This podcast was really inspired by the need to provide support, guidance and advice to those who are also navigating the unique challenges of raising children as a single parent. Jess and I have actually known each other since we were 14 and both found ourselves in different (yet similar) situations. We then connected again through one of our mutual friends and we both thought it was a sliding doors moment that we needed to run with. We both felt something special was there and very quickly, Mothering On My Own was born.
Could you elaborate on how ‘Mothering On My Own’ offers a platform to discuss the challenges of solo parenting while creating an empowering and supportive space?
Rachel: To be honest, it could be very easy for us to chat about all the challenges of single and solo parenting and leave it at that haha.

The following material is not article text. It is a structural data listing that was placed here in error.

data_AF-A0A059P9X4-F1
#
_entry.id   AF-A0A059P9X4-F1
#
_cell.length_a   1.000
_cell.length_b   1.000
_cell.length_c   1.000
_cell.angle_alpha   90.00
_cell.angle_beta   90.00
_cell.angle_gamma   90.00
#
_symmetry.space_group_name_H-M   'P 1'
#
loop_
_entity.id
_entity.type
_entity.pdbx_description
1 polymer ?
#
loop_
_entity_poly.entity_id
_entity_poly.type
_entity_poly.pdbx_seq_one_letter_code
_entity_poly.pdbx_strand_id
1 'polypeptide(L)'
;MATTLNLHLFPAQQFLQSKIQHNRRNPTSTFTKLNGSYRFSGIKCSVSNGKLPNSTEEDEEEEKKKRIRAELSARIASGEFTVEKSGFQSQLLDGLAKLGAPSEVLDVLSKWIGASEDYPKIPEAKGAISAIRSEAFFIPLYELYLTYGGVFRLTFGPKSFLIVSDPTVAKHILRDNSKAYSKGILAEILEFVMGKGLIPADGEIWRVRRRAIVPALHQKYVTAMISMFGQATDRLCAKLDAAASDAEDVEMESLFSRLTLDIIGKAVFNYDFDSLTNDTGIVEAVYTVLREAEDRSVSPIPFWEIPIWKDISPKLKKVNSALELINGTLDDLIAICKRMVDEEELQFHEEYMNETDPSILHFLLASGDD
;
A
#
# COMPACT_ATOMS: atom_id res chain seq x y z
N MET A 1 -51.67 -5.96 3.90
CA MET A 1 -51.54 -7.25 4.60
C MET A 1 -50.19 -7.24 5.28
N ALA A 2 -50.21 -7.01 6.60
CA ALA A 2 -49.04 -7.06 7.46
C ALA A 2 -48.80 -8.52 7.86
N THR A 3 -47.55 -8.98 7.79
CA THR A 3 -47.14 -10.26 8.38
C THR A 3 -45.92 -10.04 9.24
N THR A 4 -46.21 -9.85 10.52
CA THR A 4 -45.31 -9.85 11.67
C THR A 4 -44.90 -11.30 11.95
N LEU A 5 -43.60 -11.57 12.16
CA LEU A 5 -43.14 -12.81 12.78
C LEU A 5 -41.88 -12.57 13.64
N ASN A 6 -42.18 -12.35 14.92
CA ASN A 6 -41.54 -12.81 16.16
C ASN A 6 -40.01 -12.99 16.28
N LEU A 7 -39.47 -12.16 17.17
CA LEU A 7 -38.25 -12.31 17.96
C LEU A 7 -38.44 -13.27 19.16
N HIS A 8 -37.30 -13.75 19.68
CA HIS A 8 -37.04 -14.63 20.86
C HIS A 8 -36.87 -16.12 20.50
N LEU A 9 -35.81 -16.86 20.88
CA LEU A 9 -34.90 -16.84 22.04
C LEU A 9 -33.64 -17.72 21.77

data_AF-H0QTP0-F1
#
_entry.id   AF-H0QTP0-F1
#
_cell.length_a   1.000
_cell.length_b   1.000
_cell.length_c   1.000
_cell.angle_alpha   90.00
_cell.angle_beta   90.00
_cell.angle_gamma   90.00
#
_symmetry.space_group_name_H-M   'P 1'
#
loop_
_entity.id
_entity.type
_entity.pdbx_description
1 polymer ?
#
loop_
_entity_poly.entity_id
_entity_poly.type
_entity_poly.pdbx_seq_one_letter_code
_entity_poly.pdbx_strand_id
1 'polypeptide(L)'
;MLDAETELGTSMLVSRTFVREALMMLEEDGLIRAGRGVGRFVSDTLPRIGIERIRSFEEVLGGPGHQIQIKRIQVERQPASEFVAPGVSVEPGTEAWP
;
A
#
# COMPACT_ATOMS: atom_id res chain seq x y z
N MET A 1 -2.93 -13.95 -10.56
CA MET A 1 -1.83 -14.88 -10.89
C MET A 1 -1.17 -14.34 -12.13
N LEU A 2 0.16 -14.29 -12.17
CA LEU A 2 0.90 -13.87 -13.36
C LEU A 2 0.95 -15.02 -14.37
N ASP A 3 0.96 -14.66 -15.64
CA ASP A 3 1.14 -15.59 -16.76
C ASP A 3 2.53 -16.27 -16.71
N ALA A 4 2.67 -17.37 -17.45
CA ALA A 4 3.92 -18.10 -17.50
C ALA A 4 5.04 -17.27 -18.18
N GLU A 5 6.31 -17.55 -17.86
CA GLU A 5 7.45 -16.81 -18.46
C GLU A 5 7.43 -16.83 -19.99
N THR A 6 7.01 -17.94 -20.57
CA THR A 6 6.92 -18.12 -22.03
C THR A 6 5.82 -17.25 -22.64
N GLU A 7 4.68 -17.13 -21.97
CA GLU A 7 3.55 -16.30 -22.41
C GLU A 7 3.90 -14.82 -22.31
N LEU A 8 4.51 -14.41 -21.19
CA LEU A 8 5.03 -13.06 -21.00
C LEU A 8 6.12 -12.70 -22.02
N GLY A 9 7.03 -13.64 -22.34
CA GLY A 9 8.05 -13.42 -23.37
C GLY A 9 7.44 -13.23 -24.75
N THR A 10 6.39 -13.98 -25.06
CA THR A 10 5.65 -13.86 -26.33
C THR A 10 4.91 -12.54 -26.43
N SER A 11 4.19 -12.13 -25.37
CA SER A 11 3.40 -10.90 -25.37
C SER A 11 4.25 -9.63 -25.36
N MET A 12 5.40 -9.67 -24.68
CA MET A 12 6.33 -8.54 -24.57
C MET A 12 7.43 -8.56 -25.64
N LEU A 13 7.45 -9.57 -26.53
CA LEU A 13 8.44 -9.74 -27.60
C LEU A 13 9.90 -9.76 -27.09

However, we wanted to create a platform where we could discuss the challenges of single and solo parenting by acknowledging the difficulties faced, while also offering new insights and solutions, resources and creating a pathway for hope and inspiration to move through these challenges.
We have seen over the years how much things have shifted in terms of having more conversations, sharing resources and information in the motherhood space and how impactful this has been on women as a whole. Unfortunately we believe that there are many topics and challenges that are unique to single mums that are missed in these conversations so we want to be able to provide that. Like, who on earth is talking about dating as a single mum and the complexities and challenges that come with it in the modern world of dating? So we plan to tackle the big stuff and the real stuff and everything in between!